He did do his PhD and became a charming professor, a brilliant researcher ànd a gifted teacher. His specialty was virtual reality. He was able to mix theorie and practice in a very fruitful way. For instance he combined his work as a professor of Computer Science, Human-Computer Interaction, and Design at Carnegie Mellon with Sabbaticals at Walt Disney Imagineering and Electronic Arts (EA) (one of his childhood dreams) and he became co-founder of Carnegie Mellon’s Entertainment Technology Center (ETC). He also was the director of the Alice (www.alice.org), a software project ‘learning’ children to program while they just think they’re making movies and video games. The good stuff is coming in the next version, where we will teach them Java language while they think they are writing moviescripts using Sims characters, Randy said.

“I, like Moses, get to see the promised land, but I won’t getto set foot in it. And that’s OK, because I can see it. And the vision is clear. Millions of kids having fun while learning something hard. That’s pretty cool. I can deal with that as a legacy.”

And what a legacy this is. Randy’s wife, Jai, put out a statement the day he died thanking “the millions of people who have offered their love, prayers and support. Randy was so happy and proud that the lecture and book inspired parents to revisit their priorities, particularly their relationships with their children,” she said. “The outpouring of cards and e-mails really sustained him.” (Foxnews, July 28th)

Please enjoy the videos and/or go to links below where you can find more information.

more about “Randy Pausch Last Lecture: Achieving …“, posted with vodpod

Apart from his last lecture I also include his lecture on time management. This was something Randy also was an expert in. I’m sure it will be very inspiring as well.

Miscelanous Sources (other than referred to above)

NL flag NL vlag

Eerder schreef ik dat Twitter soms een heel goede en snelle nieuwsbron kan zijn.

Diezelfde dag las ik de volgende twitter van @Mndoci:

Randy Pausch. Ik had eerlijk gezegd geen idee wie het was, dus heb even gegoogled.

Er is een volledige pagina in Wikipedia, over Pausch, die nogal erg up to date was: Randolph Frederick Pausch (October 23, 1960 – July 25, 2008) was an American professor of computer science, human computer interaction and design at Carnegie Mellon University (CMU) in Pittsburgh..and a bestselling author who achieved worldwide fame for his The Last Lecture” speech on September 18, 2007 at Carnegie Mellon.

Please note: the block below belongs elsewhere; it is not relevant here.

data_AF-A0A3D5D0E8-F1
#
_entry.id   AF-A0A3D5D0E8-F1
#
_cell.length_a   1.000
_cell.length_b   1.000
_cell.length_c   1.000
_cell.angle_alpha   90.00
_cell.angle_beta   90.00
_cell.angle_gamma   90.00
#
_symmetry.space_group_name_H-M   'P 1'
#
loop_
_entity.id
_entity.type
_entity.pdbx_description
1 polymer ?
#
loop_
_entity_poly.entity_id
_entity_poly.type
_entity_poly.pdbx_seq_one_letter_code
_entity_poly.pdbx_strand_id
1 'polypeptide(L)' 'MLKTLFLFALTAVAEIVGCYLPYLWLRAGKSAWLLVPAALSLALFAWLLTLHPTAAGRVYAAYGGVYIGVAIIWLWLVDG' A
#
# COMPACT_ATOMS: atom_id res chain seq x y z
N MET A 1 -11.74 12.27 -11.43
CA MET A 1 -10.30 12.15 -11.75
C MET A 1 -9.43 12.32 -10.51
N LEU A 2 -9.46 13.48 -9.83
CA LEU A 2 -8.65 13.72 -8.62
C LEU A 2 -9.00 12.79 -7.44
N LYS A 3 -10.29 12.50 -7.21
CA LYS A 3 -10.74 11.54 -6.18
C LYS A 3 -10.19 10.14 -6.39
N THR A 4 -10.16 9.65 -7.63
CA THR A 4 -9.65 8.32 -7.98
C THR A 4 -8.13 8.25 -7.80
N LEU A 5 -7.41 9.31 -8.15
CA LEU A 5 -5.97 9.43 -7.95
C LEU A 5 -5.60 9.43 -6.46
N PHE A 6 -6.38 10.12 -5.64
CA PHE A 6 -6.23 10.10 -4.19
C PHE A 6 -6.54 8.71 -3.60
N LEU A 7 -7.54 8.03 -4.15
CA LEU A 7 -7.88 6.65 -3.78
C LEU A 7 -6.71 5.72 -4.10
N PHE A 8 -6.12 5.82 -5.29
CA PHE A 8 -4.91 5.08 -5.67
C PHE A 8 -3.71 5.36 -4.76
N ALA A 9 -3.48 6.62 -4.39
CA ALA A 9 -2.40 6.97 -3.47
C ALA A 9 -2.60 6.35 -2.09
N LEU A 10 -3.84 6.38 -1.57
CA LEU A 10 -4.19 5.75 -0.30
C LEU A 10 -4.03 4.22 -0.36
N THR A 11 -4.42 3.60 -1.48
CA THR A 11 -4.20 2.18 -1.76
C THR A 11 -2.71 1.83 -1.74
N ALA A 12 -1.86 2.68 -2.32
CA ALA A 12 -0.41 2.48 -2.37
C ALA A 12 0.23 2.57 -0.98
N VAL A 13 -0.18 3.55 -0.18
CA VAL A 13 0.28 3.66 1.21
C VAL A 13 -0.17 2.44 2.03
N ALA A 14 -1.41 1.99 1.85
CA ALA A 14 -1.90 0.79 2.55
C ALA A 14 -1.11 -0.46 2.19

Zijn “Laatste Lezing” werd zeker door meer dan 6 miljoen mensen bekeken en is recent als boek uitgebracht (zie Librarything).

Toen hij de toespraak hield had hij net te horen gekregen dat hij nog maar enkele maanden te leven had. De pancreaskanker (het jaar daarvoor bij hem vastgesteld) was uitgezaaid en niet meer behandelbaar. Hij had er heel emotioneel over kunnen doen, maar het lag meer in zijn aard om het met wat galgenhumor te brengen.

Ironisch genoeg was de naam ‘Last Lecture’ net gewijzigd in ‘Journeys’. De lezing heette de last lecture omdat je aan de studenten levenswijsheden zou onderwijzen alsof het de laatste mogelijkheid was: wat geef je mensen mee als je weet dat je nog maar kort te leven hebt? Maar nu was het letterlijk zo. Randy grapte meteen: nu ben ik eindelijk zover dat ik de lezing mag geven, veranderen ze de naam.

Zijn lezing heet “Really Achieving Your Childhood Dreams”. Hij vertelt hoe hij zijn kinderdromen heeft gerealiseerd of omgevormd (Captain Kirk zijn werd Captain Kirk ontmoeten, dat is gelukt). Sommige dromen die hij niet gerealiseerd heeft (premier league football player), hebben toch hun nut gehad omdat hij belangrijke zaken leerde, die hem later in zijn leven goed van pas zouden komen. Hij leerde bijvoorbeeld van zijn rugby-trainers hoe belangrijk het was te volharden: eerst de basis leggen, dan de vruchten plukken.

Zijn lezing gaat niet alleen erom hoe je je eigen dromen kunt verwezenlijken (of eigenlijk hoe je moet leven), maar ook hoe je die van anderen kunt verwezenlijken. Dat was zijn sterke punt.

Hij was van plan gewoon een baantje te nemen, zoals iedereen in zijn familie, maar op aanraden van een nederlandse oom ging hij studeren (computerwetenschappen), promoveerde hij en werd hij professor en nog belangrijker: een charmante persoonlijkheid, een briljante onderzoeker en een begenadigd leraar. Hij was gespecialiseerd in “virtual reality” en zag een van zijn kinderdromen (disney-imagineer) in vervulling gaan toen hij op vernuftige wijze zijn professoraat in Carnegie Mellon wist te combineren met (meerdere) Sabbaticals bij Walt Disney Imagineering and Electronic Arts (EA). Later zette hij zelf het Carnegie Mellon’s Entertainment Technology Center (ETC) op. Ook was hij directeur van Alice (www.alice.org), een software project dat kinderen ‘leert’ te programmeren, terwijl ze denken dat ze films en video’s maken. In de komende versie wordt kinderen geleerd met Java te werken terwijl ze denken dat ze scripts voor een film met Sims-figuren schrijven.

Het is een mooie nalatenschap, die Randy ons achterliet

“I, like Moses, get to see the promised land, but I won’t getto set foot in it. And that’s OK, because I can see it. And the vision is clear. Millions of kids having fun while learning something hard. That’s pretty cool. I can deal with that as a legacy.”

Voor details van zijn lezing verwijs ik verder graag naar de video’s, engelse citaten en verdere literatuurverwijzingen hierboven.

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21 10 2008